On the Morality of: Torture

Thanks to revelations that the U.S. government has been using torture techniques such as waterboarding on people it suspects of being terrorists, this post is overdue. I find it unbelievable that, in the year 2008, it’s actually a point of contention whether torture should be legal or not.

Discussions of this issue in the media inevitably return to the “ticking-bomb” scenario – where torture is the only way to extract information from a captured terrorist in time to prevent a devastating attack. But consider what would actually have to happen for this to come up. We would need to capture a terrorist suspect after an attack is planned and set up, but before the damage actually occurs; we would need to have certain and specific knowledge that an attack was imminent, but not specific enough to have thwarted it already; we would have to have made some investigative breakthrough that would enable us to capture one of the planners, but this breakthrough would not give us any additional information that would enable us to foil the attack ourselves.

This long string of unlikely coincidences makes it improbable that this is a dilemma we’ll ever actually face. We’ve prevented several terrorist strikes before they occurred, and we’ve tracked down the perpetrators of others after the fact. But to capture a plotter in the narrow time window that would force a ticking-bomb scenario – this is the plot of a Hollywood action movie, not a realistic scenario. To my knowledge, no such case has ever happened, and I doubt that one ever will. But still, in this improbable hypothetical, what would be the moral course of action?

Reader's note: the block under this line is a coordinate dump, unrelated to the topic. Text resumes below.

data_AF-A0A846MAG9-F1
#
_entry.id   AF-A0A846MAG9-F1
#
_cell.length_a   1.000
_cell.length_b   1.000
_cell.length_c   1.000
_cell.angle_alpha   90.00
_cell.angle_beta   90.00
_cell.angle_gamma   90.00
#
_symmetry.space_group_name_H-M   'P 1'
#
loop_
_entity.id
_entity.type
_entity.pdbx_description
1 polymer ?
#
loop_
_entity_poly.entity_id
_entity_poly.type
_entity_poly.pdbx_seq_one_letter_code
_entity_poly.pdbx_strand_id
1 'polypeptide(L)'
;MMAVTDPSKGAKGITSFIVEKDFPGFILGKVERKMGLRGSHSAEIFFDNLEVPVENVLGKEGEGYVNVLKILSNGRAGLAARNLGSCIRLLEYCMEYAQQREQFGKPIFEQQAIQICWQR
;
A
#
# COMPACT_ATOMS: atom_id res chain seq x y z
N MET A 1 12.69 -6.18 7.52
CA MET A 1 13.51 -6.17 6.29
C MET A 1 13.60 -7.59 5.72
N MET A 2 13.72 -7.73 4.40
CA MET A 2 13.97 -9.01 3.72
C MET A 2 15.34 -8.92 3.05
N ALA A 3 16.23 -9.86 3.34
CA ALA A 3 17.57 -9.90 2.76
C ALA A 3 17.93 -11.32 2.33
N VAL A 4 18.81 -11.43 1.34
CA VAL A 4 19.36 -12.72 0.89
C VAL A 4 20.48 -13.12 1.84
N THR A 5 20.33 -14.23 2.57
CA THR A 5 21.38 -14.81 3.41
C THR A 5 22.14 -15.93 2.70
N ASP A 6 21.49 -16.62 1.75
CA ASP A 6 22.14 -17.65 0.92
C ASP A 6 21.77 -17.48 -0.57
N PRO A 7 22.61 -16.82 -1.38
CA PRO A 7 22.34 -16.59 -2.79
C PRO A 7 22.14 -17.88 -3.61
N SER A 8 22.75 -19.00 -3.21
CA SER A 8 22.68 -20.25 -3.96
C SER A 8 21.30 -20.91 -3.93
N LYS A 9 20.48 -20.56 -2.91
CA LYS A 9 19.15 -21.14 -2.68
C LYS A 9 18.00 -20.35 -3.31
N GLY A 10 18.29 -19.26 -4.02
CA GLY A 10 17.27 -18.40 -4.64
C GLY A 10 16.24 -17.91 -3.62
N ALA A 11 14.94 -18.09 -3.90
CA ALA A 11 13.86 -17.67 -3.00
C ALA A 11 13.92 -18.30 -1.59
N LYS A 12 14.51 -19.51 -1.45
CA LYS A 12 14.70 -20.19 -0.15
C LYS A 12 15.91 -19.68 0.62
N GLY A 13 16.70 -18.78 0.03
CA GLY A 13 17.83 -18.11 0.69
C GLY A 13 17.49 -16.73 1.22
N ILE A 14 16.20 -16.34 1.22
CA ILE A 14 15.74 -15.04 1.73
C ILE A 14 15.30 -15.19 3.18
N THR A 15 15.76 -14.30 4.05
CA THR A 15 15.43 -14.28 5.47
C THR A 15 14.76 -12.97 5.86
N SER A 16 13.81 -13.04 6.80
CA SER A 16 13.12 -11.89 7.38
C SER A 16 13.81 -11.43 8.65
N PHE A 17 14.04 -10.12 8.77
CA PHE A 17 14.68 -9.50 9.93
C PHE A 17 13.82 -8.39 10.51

Clearly, to say that moral principles require us to abstain from torture no matter what is at stake would be an absurdity. If respect for human rights forces us to sacrifice the lives of thousands or millions of people, all for the sake of not harming a plotter of mass murder, then we cannot realistically be expected to respect human rights. In this case, it could very plausibly be argued that torture is necessary in the same sense that violence is widely agreed to be permissible, as a means of self-defense.

On the other hand, one need not be a liberal to recognize that granting the government the power to torture is the beginning of a perhaps fatally slippery slope. Given the terrifying power of torture to break people’s spirits and coerce them to agree to anything demanded of them, it is a far more dangerous power than a humane program of imprisonment and rehabilitation – and this applies with a vengeance if torture is used prior to conviction as a way to extract information from merely suspected criminals. It is not a stretch to say that a program of legally permitted torture could be deadly to a free democracy. By enshrining the idea that human beings can be brutalized for the sake of expediency, legalized torture has the potential to lead us down the path to tyranny and slavery more quickly than anything else could.

Between these two heavy counterweights, I believe there’s a workable compromise. To safeguard human rights and protect citizens from their government, torture should be illegal, with no exceptions. If the highly unlikely ticking-bomb scenario ever arises, I would expect the interrogators to do what was needful – and then, afterward, to turn themselves in to the court and submit their actions to the judgment of a competent tribunal. If what they did was truly necessary, that necessity could serve as a defense. If it was judged not necessary, then they should be punished for their actions. This position respects the rule of law and prevents the corrosive consequences of permitting torture in general, while still acknowledging that rare, desperate circumstances might require desperate measures. And it goes without saying that any confession obtained under torture should not be admissible in court under any circumstances.

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